Understanding the interactions of hosts and parasites
Analyzing the infection
of a host organism by parasites has remained a challenge because previous studies
— conducted postmortem or in vitro — could not accurately demonstrate
immunological reactions or the dynamics of cell invasion. Recently, scientists have
been able to image the infection routes of parasites in a host in vivo with transgenic
parasites expressing green or red fluorescent proteins.
Volker Heussler of the Bernhard Nocht
Institute for Tropical Medicine in Hamburg, Germany, and Christian Doerig of the
University of Glasgow in the UK report on imaging techniques that elucidate host-parasite
interactions. Wide-field and spinning-disk fluorescence microscopies have been
employed to follow sporozoites in the skin and blood vessels of mice. Intravital
microscopy has been used to track the infection routes of Plasmodium parasites.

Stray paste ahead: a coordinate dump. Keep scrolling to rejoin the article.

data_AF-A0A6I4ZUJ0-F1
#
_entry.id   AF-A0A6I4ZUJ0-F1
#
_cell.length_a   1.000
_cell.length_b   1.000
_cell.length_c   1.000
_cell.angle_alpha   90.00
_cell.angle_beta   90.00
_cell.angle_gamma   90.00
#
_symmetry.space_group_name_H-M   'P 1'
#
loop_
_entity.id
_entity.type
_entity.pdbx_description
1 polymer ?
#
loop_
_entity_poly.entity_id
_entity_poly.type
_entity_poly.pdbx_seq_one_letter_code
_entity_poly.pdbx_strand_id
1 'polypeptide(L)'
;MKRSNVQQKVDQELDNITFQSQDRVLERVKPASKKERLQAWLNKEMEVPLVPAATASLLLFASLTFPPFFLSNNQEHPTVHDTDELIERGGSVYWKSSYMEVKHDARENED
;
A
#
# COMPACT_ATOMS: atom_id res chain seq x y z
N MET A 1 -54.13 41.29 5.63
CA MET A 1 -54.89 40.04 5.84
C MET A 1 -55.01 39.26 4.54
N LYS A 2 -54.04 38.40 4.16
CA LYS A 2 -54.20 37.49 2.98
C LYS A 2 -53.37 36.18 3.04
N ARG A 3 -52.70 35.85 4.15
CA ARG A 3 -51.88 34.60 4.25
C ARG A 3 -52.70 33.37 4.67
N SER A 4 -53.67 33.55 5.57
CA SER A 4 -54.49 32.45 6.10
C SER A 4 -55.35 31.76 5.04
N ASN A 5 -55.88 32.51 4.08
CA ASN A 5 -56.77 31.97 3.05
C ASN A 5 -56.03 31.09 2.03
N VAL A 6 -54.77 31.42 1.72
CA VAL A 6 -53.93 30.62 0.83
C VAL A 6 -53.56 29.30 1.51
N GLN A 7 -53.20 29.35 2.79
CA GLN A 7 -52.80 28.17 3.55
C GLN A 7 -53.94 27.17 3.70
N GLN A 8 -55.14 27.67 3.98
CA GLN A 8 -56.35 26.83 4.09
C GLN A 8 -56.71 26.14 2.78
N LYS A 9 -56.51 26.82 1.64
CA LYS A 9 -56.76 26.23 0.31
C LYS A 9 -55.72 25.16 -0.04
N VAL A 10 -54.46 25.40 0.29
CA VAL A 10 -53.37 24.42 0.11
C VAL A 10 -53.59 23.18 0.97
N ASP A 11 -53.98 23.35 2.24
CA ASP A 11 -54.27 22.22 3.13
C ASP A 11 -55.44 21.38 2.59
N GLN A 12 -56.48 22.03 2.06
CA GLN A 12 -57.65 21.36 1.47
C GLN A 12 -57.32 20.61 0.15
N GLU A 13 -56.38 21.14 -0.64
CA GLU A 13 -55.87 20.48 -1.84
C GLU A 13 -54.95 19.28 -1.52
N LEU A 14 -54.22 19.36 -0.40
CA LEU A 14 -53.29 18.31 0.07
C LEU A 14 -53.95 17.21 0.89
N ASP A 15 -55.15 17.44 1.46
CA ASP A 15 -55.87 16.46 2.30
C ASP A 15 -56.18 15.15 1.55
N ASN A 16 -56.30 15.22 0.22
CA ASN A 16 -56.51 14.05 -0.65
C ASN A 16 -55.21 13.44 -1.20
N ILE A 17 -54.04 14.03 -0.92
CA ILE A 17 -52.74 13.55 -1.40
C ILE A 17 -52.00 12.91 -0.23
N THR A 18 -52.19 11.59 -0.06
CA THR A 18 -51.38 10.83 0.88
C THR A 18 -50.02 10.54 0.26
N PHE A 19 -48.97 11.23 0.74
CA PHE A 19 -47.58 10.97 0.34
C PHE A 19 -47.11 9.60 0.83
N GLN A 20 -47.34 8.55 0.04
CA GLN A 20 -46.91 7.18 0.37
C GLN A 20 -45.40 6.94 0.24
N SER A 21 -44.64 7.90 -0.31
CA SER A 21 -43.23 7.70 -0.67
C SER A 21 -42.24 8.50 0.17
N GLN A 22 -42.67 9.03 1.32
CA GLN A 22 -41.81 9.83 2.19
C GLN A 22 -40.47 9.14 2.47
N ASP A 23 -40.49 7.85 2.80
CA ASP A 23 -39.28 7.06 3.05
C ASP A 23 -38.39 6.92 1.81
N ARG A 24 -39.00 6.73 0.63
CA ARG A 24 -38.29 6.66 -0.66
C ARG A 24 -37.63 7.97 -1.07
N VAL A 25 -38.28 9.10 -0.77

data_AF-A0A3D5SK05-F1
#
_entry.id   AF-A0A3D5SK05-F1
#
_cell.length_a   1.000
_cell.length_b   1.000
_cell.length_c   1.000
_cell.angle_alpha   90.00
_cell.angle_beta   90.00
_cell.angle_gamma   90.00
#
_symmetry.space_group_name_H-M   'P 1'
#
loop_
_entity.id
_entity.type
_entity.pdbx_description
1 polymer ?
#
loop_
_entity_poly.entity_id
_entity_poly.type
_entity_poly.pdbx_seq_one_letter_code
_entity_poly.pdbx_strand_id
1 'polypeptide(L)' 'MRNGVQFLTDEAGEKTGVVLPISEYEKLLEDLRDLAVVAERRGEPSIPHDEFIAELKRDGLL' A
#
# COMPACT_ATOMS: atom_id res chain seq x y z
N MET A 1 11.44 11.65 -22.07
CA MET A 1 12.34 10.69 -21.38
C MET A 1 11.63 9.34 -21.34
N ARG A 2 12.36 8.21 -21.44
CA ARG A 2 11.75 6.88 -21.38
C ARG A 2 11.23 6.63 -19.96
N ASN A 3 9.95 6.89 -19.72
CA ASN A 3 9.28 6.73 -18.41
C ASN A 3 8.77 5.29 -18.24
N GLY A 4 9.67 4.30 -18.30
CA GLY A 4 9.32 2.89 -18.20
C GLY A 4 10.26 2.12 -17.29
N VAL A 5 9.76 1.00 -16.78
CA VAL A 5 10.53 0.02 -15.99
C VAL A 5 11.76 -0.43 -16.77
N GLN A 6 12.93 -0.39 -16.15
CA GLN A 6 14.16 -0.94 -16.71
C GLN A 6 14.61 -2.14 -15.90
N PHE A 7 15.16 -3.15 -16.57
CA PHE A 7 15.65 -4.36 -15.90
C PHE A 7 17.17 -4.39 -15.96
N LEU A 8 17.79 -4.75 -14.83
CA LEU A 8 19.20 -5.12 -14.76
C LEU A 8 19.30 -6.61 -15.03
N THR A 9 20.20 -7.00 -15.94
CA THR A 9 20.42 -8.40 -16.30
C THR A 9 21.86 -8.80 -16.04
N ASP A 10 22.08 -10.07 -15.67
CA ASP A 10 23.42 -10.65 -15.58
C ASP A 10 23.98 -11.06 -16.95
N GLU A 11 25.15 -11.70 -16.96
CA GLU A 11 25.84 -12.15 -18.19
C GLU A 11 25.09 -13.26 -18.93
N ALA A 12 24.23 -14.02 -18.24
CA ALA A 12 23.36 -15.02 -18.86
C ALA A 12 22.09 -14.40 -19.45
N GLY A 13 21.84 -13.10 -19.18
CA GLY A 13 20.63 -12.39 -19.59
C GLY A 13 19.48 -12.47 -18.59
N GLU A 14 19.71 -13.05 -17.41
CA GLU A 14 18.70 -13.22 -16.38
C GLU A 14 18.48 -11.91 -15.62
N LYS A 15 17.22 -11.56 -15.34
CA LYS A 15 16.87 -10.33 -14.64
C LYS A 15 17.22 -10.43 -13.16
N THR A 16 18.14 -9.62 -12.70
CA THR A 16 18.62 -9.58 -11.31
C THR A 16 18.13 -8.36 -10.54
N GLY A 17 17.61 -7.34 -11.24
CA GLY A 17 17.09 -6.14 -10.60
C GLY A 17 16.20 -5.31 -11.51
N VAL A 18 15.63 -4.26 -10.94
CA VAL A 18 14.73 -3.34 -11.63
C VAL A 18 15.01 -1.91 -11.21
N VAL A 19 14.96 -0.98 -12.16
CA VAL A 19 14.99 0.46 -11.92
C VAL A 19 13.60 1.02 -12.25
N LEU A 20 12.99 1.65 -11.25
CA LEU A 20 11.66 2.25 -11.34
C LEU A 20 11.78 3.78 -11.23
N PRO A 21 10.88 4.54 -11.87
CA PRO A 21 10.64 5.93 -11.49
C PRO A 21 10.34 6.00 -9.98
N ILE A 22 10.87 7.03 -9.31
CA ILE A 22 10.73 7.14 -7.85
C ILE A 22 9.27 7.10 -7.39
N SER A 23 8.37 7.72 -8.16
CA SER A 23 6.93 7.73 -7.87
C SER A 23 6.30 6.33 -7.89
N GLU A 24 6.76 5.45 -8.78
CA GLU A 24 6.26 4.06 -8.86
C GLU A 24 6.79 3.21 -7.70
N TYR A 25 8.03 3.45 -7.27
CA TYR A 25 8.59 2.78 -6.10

Observations at the cellular level
have shown parasites to attach to blood vessels in the liver, glide along the endothelial
cell layer and migrate through several cells before settling down in a final hepatocyte.
The authors report the use of intravital microscopy to demonstrate the protrusion
of infected cells toward blood vessels of the liver, thus confirming a hypothesis
on the infection of red blood cells.
Although intravital microscopy holds
many advantages, the authors note several drawbacks to the technique. Excitation
of the fluorescent proteins could damage the parasites or result in photobleaching.
Laser-scanning multiphoton microscopy has lower energy and greater penetration;
however, it has poor resolution and a low sampling speed not optimal for three-dimensional
Heussler and Doerig expect intravital
microscopy to further improve the study of immune responses against pathogens, particularly
the interaction of infected cells with major organs such as the lungs and brain.
They believe that this will open doors to drug discovery and vaccine development.
(Trends in Parasitology, May 2006, pp. 192-195.)
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